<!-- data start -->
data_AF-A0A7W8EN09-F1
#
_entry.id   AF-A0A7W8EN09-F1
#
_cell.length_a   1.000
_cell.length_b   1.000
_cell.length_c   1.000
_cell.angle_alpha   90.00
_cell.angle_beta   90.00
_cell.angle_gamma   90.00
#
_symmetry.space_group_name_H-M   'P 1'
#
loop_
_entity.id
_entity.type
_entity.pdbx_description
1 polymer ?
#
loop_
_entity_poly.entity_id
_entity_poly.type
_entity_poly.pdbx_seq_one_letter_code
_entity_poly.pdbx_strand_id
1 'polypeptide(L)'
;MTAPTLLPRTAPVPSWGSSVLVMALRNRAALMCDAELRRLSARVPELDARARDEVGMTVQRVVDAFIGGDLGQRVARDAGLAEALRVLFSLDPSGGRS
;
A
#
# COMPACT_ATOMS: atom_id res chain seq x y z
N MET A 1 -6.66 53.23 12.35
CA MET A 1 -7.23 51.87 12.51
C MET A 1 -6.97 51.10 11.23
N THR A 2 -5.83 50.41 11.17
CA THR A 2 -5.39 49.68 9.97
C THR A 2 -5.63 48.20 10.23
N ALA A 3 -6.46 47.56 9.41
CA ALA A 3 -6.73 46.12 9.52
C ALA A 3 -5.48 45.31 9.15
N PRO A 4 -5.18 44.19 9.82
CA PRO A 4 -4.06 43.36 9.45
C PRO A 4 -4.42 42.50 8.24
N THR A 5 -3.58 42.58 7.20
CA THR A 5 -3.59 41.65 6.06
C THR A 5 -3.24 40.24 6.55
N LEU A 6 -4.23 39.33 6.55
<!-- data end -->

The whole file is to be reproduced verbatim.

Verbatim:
data_AF-A0A7W8EN09-F1
#
_entry.id   AF-A0A7W8EN09-F1
#
_cell.length_a   1.000
_cell.length_b   1.000
_cell.length_c   1.000
_cell.angle_alpha   90.00
_cell.angle_beta   90.00
_cell.angle_gamma   90.00
#
_symmetry.space_group_name_H-M   'P 1'
#
loop_
_entity.id
_entity.type
_entity.pdbx_description
1 polymer ?
#
loop_
_entity_poly.entity_id
_entity_poly.type
_entity_poly.pdbx_seq_one_letter_code
_entity_poly.pdbx_strand_id
1 'polypeptide(L)'
;MTAPTLLPRTAPVPSWGSSVLVMALRNRAALMCDAELRRLSARVPELDARARDEVGMTVQRVVDAFIGGDLGQRVARDAGLAEALRVLFSLDPSGGRS
;
A
#
# COMPACT_ATOMS: atom_id res chain seq x y z
N MET A 1 -6.66 53.23 12.35
CA MET A 1 -7.23 51.87 12.51
C MET A 1 -6.97 51.10 11.23
N THR A 2 -5.83 50.41 11.17
CA THR A 2 -5.39 49.68 9.97
C THR A 2 -5.63 48.20 10.23
N ALA A 3 -6.46 47.56 9.41
CA ALA A 3 -6.73 46.12 9.52
C ALA A 3 -5.48 45.31 9.15
N PRO A 4 -5.18 44.19 9.82
CA PRO A 4 -4.06 43.36 9.45
C PRO A 4 -4.42 42.50 8.24
N THR A 5 -3.58 42.58 7.20
CA THR A 5 -3.59 41.65 6.06
C THR A 5 -3.24 40.24 6.55
N LEU A 6 -4.23 39.33 6.55